The conference welcomes proposals for papers and interactive presentations about research or teaching approaches using digital methods. For the first time in 2017, Digitorium also seeks to provide training opportunities for scholars of all levels keen to learn new digital techniques to advance their work, whether by learning a new digital mapping tool, discovering simple ways of visualizing research findings, using computers to conduct large-scale qualitative research, or experimenting with big data approaches at your desktop. There will be a stream of hands-on workshops running throughout the conference enabling participants both to share their own work, and also to expand their portfolio.
Digitorium 2017 will take place from Thursday 2nd to Saturday 4th March, and again, our primary focus is on digital methods, as this has provided fertile ground for interdisciplinary conversations to grow. There will be “tracks” through the conference based on: methods; early modern studies; American studies; and digital pedagogy. We welcome presentations on any topics engaging digital methods for scholarly purposes, whether for research, teaching, or community projects.
In 2017, the conference is expanding once more to offer not only multiple plenary sessions, panels, papers, and roundtables, but also a concerted series of workshops offering training for delegates in a variety of Digital Humanities techniques for research and teaching, from mapping to text encoding, digital data analysis, and more, to support enhanced professional development opportunities at the conference for faculty, staff, and graduate students.
This year, we are proud to present two plenary sessions and our first-ever plenary hackathon! Professor Scott Gwara (Univ. of South Carolina) will be presenting on MS-Link, a database that he created reunifying scattered manuscripts into full digital codices. Additionally, joint principal investigators of the Isabella D’Este Archive (IDEA) Project, Professor Anne MacNeil (Univ. of North Carolina at Chapel Hill) and Professor Deanna Shemek (Univ. of California Santa Cruz) will be presenting their work on a digital archive uniting music, letters, and ceramics, and will lead our first live hackathon, engaging participants in the new virtual reality component of their project.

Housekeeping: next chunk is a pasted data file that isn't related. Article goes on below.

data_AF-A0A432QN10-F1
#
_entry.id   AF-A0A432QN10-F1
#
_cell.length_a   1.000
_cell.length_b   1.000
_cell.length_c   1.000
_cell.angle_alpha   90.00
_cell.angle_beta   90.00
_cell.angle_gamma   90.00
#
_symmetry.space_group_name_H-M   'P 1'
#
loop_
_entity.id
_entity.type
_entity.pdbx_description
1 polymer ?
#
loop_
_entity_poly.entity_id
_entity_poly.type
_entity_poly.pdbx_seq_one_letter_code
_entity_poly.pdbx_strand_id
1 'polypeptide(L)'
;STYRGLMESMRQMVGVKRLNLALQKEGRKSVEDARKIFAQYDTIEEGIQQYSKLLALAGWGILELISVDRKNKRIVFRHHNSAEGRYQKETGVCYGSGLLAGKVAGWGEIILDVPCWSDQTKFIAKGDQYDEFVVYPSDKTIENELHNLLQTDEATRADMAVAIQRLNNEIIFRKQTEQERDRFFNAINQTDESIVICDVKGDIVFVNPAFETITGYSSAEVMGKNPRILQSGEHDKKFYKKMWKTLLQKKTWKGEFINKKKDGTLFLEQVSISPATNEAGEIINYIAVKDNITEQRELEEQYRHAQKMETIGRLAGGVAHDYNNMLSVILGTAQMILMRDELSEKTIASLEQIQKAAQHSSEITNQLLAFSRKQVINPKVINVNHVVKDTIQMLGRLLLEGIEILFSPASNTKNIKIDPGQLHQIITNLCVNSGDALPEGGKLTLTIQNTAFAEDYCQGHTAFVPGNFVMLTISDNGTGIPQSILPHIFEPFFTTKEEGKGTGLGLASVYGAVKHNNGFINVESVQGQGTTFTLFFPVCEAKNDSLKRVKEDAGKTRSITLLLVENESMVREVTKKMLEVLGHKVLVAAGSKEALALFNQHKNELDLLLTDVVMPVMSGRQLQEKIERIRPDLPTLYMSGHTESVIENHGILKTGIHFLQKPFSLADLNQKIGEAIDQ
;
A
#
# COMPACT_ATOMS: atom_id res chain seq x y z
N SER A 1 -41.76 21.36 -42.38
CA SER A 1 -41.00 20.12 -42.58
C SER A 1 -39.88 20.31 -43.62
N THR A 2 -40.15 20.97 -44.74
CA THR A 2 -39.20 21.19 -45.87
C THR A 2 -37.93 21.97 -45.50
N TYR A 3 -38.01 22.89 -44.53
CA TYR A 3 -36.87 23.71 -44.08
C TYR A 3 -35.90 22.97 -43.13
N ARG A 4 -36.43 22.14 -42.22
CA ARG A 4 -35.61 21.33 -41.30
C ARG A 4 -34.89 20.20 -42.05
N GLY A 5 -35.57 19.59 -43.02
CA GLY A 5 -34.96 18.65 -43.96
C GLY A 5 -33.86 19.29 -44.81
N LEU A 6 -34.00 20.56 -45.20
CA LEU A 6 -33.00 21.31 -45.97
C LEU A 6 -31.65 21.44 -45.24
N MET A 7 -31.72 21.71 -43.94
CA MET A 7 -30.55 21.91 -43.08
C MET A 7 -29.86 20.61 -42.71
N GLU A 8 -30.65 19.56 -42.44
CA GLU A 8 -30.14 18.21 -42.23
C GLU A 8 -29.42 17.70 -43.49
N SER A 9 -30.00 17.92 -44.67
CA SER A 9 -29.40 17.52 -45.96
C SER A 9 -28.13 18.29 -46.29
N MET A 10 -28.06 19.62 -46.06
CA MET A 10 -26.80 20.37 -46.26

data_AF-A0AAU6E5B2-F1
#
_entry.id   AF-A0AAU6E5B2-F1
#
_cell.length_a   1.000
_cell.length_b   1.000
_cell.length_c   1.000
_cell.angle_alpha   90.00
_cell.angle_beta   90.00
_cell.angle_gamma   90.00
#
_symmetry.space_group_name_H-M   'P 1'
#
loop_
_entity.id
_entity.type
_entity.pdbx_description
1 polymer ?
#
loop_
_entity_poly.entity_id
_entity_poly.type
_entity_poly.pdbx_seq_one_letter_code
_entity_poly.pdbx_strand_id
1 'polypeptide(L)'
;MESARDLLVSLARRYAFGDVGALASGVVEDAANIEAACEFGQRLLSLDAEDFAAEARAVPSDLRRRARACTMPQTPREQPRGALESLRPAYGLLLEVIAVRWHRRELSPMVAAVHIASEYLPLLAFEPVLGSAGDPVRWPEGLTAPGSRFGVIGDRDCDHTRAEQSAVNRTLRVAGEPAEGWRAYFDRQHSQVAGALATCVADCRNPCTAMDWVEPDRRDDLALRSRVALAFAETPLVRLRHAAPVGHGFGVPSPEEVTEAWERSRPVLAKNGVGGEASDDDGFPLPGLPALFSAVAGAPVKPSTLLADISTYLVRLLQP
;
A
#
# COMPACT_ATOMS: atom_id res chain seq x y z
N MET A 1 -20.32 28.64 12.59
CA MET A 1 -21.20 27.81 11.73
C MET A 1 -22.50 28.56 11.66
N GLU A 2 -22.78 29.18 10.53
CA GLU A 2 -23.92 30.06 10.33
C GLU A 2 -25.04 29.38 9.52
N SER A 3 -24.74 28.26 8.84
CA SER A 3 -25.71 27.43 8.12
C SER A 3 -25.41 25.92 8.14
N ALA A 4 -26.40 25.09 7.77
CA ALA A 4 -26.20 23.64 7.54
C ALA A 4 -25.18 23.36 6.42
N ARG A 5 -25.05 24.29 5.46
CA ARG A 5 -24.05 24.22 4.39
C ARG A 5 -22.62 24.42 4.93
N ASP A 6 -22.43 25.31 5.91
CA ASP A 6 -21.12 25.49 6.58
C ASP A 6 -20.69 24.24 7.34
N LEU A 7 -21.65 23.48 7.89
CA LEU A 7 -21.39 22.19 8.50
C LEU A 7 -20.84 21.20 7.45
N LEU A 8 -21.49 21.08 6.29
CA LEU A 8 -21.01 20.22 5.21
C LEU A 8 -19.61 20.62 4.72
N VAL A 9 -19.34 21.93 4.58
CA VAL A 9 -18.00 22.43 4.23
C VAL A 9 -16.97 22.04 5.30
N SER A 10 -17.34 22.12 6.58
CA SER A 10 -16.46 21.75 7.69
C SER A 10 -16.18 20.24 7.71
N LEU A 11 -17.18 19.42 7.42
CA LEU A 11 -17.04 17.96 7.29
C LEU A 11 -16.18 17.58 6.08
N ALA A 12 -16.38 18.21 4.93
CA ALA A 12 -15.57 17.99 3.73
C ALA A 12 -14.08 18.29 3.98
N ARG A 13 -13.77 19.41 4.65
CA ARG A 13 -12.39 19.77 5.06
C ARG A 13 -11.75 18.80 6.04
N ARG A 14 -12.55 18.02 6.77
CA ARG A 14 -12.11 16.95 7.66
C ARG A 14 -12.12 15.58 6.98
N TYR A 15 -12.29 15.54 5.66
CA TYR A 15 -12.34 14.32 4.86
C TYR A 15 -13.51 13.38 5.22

There will once again be a discounted “group rate” for registration to enable participants to bring their team with them, as collaboration is such a hallmark in digital scholarship, and it would be great to be able to hear about projects from multiple different perspectives from the people working together on them. There are also discounted rates available for graduate student presenters, and UA faculty. I do not mean to impose, but if this is an event which would be of interest to colleagues and collaborators, I would be enormously grateful if you might be able to circulate our CFP or a link to our website with them, we really want to let as many people as possible know about the conference to ensure it will be a real success.
Here is a link to the website which includes the full-length CFP:
Methods provide the focus for our conference, both in a pragmatic sense in terms of the use of different techniques to achieve particular DH projects, but also the ways in which sharing digital methods can create new links between disciplines in the humanities and social sciences. The idea powering Digitorium is to build on the community which has emerged in the course of the previous two years’ events in order to create a space for conversations to take place between scholars, graduate students, and practitioners from many different disciplines about their shared methods and techniques which unite them in their digital work.
more on digital humanities in this IMS blog: